Hey – I'm not asking you for a lot of heavy lifting at the start of the Labor Day weekend!  Besides, forewarned is forearmed.  Please be safe – and if you're traveling, don't put this post into practice by getting snagged for a DUI.

e-Evidence Insights: Paris Las Vegas

MP900433045 I'm making this another category.  First of all, let me tell you that personally, I found evidence – whether civil or criminal – to be one of the most fascinating subjects in law school.  It was also one of the most complex.  As much as I wanted to get my JD and become an attorney, the problem was that I was in my 40s by the time I took evidence class.  That means, I'd had 40 years to think like a layman; re-programming to think like a lawyer was no mean feat.

But, as eDiscovery professionals, I can't think of anything more important to our clients than how we handle evidence.  It's the basis of everything we do, and not just the collection and processing of it.  There's chain-of-custody, authentication, contamination, etc.  I'm not just referring to physically handling the stuff, I'm referring to how the appropriate professionals should have in their mind a methodology for handling it even before it exists.  One false move and this opens the door to impeachment.

So, it is with great fanfare that I reveal that Paris Hilton has finally made it; to this blog, that is!  Why?  Because of how, as a layman, she handled her arrest for cocaine possession.  Not since OJ Simpson and his "ugly-ass" Bruno Magli shoes has someone – figuratively, this time – put their foot so firmly in their mouth; and in doing so, provided us with another outstanding example of how a bunch of seemingly-unrelated statements, photos and social networking posts may ultimately do her in.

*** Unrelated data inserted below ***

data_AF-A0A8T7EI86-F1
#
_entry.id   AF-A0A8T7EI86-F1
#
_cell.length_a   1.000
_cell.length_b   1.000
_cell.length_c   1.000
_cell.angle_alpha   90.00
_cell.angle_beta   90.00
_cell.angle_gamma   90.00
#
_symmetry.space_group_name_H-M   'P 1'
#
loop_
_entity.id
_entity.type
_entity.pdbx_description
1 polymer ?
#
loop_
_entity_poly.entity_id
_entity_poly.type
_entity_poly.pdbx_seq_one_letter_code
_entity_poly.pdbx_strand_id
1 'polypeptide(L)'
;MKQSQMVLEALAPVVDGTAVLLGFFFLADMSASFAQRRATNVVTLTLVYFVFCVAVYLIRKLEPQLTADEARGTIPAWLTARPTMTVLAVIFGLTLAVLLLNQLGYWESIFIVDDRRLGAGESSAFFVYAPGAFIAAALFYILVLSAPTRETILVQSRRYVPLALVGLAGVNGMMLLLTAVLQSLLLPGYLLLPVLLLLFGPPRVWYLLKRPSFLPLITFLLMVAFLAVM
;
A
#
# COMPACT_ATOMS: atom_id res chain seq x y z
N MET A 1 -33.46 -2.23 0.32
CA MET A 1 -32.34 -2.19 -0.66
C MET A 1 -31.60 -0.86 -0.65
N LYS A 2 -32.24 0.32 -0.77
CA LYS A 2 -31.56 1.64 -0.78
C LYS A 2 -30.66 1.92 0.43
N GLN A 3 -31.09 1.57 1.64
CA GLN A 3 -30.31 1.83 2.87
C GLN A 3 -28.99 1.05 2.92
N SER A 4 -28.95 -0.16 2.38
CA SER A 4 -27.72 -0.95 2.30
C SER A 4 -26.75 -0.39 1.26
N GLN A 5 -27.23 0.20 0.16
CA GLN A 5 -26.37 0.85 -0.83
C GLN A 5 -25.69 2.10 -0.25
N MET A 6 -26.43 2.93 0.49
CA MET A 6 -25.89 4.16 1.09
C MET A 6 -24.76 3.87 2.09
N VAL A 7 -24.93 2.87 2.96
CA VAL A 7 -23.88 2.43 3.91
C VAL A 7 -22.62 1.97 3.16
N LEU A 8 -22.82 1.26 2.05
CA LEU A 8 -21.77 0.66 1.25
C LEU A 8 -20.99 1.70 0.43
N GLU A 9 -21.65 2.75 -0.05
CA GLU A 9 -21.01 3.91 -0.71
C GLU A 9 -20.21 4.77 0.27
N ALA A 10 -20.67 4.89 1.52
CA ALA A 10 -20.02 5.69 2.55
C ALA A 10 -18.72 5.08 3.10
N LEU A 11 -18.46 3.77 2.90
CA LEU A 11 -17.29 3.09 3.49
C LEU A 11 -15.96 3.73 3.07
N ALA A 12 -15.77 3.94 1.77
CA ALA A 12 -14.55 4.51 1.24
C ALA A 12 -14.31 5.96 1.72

Paris claimed – initially – that the Chanel purse wasn't hers.  What contrary evidence is out there?  Her Twitter post with a snapshot of the identical Chanel purse, exclaiming how happy she is with "my" new purse.  Does this definitively prove it's the same purse?  No; when it comes to criminal proceedings, nothing is that simple – nor should it be when someone's liberty is at stake.  However, if she's convicted, Twitter, TMZ and Radar Online may deserve the lion's
share of the credit.

[This story changes by the minute, but the latest appears to be that Paris now admits it was her purse, but the coke wasn't.  Oy…]

Don't ever tell me that "all publicity is good publicity" and expect me to agree with you…I defer to Miranda and the 5th Amendment.  I – and I suspect Ms. Hilton's criminal defense attorney – wish people would exercise their right to silence more often…

e-Evidence Insights: A Lesson in Context

MP910216452 I've repeated over & over the dangers of improper electronic communications and how they can come back to bite you.  But this article from the latest edition of Inside Counsel does an outstanding job of illustrating how your – seemingly innocent – words may be used against you in a dispute.

If you don't yet have a corporate policy, portions of the article may be an excellent jumping-off point.  Do I think the goal is somewhat utopian?  Yes, since realistically it would be next to impossible to control the social behavior of everybody under your umbrella.  But that doesn't mean a policy shouldn't be crafted and properly promoted in the employee handbook.

There's nothing wrong with a good-faith attempt; especially where ESI is concerned.  Perhaps if more people are made to understand the consequences of their actions (most do not imagine sitting in a courtroom answering questions to be one of them), they'll think twice before sending.